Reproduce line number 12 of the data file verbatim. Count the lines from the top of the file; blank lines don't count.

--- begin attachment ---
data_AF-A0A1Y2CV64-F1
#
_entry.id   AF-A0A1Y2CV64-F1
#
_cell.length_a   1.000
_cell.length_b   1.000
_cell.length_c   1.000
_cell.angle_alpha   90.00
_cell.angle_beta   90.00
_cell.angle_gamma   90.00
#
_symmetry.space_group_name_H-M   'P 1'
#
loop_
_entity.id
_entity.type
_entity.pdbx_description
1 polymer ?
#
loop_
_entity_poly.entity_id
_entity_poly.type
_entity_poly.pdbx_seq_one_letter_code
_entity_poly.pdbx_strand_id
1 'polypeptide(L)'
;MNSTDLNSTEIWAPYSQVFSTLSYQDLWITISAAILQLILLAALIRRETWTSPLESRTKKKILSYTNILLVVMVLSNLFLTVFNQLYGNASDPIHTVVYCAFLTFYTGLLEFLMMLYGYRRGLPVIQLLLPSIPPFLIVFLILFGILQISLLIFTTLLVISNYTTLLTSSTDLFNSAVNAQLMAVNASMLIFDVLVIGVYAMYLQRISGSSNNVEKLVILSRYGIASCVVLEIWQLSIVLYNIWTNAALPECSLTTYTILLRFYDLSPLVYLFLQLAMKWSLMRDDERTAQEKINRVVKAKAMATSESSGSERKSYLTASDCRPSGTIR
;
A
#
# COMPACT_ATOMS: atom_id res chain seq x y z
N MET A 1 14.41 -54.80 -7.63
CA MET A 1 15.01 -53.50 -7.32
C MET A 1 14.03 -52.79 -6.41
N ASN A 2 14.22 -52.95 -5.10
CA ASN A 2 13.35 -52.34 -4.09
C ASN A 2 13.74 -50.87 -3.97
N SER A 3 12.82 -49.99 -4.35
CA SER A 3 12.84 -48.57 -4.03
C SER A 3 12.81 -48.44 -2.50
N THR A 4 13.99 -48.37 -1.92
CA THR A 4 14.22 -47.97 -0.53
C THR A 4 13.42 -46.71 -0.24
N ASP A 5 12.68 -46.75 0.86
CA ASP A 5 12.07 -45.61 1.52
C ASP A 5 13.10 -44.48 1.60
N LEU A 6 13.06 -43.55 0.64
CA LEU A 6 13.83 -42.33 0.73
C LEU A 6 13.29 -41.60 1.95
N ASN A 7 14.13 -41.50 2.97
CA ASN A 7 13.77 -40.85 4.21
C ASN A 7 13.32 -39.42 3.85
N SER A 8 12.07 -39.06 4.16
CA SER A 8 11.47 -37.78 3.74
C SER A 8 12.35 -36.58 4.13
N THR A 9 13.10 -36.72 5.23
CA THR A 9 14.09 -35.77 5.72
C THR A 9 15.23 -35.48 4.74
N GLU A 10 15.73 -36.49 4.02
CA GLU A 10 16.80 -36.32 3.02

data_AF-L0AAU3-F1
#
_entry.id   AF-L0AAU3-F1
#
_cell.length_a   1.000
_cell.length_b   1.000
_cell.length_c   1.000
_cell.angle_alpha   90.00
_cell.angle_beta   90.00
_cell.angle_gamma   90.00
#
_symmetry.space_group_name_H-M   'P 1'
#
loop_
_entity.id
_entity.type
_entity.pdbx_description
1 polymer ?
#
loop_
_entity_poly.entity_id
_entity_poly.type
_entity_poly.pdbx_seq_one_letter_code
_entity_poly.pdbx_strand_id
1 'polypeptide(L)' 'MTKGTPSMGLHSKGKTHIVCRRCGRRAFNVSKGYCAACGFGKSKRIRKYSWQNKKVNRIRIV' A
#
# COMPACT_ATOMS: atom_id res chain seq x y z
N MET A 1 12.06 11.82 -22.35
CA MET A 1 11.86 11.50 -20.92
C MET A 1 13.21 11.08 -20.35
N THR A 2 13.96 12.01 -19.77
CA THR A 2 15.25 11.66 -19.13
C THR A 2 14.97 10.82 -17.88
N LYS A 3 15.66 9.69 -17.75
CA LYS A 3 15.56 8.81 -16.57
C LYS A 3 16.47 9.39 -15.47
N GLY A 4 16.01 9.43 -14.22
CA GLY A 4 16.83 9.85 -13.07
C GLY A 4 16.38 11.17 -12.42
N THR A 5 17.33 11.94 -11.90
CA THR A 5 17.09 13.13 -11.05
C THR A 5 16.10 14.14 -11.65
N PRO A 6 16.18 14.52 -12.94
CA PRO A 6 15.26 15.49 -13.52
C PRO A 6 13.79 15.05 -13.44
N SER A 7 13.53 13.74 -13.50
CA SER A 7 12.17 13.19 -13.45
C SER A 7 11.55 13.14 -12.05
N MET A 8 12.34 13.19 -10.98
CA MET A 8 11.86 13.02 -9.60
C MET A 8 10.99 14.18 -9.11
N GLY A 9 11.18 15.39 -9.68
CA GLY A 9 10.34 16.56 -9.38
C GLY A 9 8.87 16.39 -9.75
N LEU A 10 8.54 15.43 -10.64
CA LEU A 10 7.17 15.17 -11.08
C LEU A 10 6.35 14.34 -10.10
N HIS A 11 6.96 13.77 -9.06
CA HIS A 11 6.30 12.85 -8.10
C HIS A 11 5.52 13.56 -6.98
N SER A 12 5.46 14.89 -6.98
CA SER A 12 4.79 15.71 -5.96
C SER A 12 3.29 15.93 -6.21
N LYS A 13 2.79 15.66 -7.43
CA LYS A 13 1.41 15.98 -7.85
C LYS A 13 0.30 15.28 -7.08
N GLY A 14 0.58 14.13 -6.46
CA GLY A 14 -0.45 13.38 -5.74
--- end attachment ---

_symmetry.space_group_name_H-M   'P 1'